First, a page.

Xi Shanghong, a 74-year-old priest of the Naxi people, an ethnic group mostly inhabiting China's southwestern Yunnan Province, was more than happy to know that a copy of a lost script of an ancient ritual praying for longevities and abundant offspring was discovered in the National Museums of World Culture in Sweden.
|Xi Shanghong, a 74-year-old priest, displays the ancient ritual of the Dongba Culture from a copy of a local pictographic brochure preserved in the American Library of Congress. [Photo Courtesy of ADCA]|
In addition to the two copies found in the British Library in 2013, the latest discovery strengthens his hopes to revive the religious ritual in Xi's lifetime.
Known as Dongba Culture, the rituals, songs, customs and handicrafts representing the unique lifestyle of the Naxi people, has long aroused immense interest of Western explorers, botanists, writers and missionaries as studies of ethnic culture flourished among occidental academic societies, some 100 years ago, said Zhang Xu, head of Beijing Association of Dongba Culture and Arts (ADCA), a non-governmental organization working to protect and revive it.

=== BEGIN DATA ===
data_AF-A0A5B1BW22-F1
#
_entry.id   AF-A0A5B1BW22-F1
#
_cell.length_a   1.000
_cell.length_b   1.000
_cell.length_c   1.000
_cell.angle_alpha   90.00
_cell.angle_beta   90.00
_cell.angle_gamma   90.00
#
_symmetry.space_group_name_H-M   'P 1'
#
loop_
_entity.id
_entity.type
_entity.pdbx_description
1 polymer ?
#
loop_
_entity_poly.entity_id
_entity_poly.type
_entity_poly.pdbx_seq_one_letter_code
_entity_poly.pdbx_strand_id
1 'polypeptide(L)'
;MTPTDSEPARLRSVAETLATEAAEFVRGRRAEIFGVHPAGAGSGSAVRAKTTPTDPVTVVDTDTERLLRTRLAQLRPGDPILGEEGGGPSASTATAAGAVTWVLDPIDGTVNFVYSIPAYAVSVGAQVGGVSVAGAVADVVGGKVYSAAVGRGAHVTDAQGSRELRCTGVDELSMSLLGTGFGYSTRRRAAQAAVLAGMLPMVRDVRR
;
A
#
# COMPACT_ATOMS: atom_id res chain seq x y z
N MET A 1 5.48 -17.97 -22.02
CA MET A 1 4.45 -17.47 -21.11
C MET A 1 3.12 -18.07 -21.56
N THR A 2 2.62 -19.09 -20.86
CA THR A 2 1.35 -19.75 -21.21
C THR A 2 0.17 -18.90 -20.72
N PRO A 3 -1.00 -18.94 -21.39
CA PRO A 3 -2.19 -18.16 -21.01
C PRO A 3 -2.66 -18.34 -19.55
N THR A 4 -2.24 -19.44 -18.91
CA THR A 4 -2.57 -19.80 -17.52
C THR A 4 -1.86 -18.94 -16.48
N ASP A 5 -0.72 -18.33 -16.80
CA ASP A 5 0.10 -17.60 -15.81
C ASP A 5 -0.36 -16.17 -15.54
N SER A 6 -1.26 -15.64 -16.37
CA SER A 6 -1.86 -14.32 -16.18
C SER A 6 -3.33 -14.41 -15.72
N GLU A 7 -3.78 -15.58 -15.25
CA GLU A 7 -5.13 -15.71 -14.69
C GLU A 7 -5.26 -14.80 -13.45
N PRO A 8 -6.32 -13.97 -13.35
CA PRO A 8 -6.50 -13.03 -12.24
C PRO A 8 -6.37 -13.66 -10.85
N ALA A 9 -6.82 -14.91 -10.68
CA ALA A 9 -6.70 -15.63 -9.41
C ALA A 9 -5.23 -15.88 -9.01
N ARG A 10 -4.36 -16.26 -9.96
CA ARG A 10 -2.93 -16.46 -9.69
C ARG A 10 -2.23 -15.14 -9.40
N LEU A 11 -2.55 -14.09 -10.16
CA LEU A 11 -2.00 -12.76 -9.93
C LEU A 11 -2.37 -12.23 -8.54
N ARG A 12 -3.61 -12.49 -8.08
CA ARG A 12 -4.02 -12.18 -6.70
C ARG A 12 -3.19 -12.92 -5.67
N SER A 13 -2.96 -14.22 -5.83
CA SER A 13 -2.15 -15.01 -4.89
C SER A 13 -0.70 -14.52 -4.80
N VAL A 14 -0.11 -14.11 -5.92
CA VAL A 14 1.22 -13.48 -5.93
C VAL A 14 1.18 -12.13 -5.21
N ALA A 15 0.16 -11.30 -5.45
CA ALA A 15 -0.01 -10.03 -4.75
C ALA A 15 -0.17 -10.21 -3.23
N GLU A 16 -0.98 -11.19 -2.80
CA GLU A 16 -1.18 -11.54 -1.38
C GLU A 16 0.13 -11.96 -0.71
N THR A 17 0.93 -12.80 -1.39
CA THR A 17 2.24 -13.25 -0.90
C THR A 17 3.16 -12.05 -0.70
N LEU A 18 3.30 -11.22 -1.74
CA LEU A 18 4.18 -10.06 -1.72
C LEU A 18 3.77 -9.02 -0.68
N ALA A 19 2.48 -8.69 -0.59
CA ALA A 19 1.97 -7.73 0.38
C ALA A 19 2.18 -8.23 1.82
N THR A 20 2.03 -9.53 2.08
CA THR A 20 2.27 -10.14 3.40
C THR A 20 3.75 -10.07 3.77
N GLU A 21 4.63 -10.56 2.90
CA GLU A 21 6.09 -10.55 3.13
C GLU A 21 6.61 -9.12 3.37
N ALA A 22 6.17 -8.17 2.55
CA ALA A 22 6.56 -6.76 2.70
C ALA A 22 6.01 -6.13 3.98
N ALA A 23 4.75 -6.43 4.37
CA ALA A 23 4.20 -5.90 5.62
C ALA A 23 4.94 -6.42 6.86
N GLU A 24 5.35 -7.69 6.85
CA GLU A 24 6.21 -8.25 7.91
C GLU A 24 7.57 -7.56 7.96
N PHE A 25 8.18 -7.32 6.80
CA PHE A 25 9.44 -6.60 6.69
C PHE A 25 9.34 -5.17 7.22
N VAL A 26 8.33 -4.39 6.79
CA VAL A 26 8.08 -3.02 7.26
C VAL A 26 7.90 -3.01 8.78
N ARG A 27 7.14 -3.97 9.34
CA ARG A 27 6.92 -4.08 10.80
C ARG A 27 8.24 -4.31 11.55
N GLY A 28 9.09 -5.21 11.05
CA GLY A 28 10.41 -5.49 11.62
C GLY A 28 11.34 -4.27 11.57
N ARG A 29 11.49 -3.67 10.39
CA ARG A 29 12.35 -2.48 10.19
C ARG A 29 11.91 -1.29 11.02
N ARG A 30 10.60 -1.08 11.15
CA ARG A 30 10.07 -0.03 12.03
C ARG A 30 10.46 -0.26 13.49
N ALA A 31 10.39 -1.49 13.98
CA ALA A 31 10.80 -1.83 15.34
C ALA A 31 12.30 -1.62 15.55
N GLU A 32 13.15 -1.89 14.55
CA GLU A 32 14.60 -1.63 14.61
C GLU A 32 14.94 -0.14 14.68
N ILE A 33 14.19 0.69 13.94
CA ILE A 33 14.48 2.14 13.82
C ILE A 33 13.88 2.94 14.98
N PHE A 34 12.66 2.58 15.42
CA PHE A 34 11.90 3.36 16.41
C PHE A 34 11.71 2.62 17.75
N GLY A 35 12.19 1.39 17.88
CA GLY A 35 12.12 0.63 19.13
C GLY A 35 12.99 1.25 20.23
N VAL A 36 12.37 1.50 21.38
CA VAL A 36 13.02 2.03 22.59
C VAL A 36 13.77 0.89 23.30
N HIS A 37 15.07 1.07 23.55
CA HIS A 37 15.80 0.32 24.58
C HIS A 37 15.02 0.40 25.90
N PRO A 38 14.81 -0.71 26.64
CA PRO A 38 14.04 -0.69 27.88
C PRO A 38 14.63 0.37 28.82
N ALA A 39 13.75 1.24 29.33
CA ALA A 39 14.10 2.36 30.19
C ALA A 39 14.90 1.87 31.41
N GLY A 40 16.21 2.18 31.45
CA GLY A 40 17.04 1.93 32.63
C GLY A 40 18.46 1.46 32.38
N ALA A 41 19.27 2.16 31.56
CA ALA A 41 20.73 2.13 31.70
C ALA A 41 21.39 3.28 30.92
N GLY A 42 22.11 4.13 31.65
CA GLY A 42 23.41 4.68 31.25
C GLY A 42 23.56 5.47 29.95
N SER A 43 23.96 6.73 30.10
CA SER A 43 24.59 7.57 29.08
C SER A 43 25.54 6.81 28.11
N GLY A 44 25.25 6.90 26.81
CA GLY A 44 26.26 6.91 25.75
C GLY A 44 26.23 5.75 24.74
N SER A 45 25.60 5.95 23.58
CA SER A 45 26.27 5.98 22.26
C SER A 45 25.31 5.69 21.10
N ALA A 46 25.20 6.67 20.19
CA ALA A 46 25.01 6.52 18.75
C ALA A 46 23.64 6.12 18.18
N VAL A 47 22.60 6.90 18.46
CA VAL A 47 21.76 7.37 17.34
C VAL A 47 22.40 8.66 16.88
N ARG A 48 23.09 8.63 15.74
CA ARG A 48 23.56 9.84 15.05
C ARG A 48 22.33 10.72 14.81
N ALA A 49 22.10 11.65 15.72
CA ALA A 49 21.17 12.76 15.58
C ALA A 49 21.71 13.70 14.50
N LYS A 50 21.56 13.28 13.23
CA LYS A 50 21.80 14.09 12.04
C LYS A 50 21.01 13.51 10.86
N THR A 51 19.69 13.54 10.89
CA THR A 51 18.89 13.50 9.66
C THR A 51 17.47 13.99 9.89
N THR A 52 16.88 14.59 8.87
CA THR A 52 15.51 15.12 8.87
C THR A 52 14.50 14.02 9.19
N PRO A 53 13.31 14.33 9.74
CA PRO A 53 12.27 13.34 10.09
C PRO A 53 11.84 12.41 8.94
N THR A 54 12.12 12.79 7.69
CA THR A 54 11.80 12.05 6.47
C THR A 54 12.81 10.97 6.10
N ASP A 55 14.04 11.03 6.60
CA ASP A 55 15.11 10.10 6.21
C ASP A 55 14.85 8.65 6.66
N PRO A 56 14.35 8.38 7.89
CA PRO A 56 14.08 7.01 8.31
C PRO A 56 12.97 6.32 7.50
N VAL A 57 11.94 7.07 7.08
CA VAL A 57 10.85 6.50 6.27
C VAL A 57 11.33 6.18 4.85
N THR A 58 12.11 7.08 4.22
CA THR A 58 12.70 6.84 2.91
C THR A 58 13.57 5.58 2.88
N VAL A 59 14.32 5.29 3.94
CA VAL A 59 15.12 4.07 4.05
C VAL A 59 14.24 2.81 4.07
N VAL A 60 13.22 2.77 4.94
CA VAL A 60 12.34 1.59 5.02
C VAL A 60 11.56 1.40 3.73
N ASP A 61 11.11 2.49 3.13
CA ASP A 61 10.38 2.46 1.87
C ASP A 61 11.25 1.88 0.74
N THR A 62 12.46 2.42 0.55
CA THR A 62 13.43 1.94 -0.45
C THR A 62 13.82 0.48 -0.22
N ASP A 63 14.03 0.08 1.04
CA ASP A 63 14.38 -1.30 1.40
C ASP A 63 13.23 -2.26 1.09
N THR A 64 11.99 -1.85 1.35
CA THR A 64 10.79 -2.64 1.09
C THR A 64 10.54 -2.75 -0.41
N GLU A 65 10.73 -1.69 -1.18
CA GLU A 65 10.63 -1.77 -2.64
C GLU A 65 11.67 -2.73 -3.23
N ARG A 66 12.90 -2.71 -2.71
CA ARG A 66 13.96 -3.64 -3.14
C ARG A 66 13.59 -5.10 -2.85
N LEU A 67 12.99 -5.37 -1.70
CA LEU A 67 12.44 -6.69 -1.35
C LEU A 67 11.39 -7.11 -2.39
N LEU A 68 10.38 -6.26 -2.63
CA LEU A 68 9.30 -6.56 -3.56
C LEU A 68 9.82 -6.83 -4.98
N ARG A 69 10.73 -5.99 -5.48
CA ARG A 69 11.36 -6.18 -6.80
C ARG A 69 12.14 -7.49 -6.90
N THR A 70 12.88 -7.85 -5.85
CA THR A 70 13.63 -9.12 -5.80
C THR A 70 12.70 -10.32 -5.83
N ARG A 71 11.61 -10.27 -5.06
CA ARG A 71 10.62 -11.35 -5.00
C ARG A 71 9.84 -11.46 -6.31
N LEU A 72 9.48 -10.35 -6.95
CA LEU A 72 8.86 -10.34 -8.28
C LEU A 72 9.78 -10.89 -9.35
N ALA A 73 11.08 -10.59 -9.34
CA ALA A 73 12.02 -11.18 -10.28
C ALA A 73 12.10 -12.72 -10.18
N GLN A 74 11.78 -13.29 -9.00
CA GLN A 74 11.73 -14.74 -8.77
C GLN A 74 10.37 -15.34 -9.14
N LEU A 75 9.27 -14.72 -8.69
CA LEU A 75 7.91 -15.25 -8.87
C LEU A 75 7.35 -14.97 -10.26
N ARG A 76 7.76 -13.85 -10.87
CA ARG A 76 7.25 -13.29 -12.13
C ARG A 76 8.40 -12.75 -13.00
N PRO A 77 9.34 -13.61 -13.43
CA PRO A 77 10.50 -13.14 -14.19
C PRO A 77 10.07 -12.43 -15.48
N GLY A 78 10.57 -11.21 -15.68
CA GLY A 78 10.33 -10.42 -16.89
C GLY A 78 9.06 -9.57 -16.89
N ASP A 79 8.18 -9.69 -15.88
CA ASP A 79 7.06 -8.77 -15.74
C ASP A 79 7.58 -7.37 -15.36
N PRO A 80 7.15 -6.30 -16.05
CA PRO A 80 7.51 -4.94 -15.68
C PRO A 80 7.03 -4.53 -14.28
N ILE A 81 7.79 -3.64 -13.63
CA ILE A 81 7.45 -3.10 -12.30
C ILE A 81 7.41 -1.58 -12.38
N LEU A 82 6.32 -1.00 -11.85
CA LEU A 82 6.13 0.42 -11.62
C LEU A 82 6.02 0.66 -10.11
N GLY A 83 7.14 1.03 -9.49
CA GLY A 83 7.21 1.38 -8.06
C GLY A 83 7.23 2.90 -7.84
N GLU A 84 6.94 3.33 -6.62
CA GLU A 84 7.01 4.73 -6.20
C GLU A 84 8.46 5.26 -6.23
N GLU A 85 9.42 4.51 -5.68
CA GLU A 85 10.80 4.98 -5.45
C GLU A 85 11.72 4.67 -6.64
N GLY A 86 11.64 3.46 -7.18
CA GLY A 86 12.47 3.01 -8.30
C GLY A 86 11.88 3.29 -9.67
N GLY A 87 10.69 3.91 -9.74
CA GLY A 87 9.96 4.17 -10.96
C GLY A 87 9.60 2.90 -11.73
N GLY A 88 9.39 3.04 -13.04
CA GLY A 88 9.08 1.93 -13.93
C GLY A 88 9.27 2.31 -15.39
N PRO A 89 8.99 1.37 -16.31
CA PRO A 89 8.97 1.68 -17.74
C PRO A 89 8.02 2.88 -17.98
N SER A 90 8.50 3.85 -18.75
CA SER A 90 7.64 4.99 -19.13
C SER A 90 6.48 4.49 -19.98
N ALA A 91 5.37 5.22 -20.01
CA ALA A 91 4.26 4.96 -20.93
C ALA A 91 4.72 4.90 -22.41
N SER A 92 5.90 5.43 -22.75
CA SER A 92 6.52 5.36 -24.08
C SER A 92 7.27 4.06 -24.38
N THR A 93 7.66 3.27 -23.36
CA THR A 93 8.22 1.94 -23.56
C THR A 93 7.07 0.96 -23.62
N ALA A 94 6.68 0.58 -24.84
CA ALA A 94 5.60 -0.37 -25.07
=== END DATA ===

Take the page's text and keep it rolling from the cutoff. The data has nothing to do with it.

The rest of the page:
Zhang made her remark at an annual session focusing on ADCA's efforts in rescuing and preserving Dongba Culture via digital platforms. The forum, on Christmas Day in Beijing, was held under the auspices of the Beijing Foundation of Social Science Circles.
According to Zhang, early researchers of Dongba Culture failed to pass down their academic legacy to later generations, causing a loss of the culture in the past few decades.
To carry on the mission to save the culture from extinction, she leads a team looking for manuscripts preserved in different foreign libraries, including those in the United Kingdom, France and Sweden, so that copies of the pictographic recordings can be passed on to local priests, like Xi, who are able to resume the chants and rituals based on them.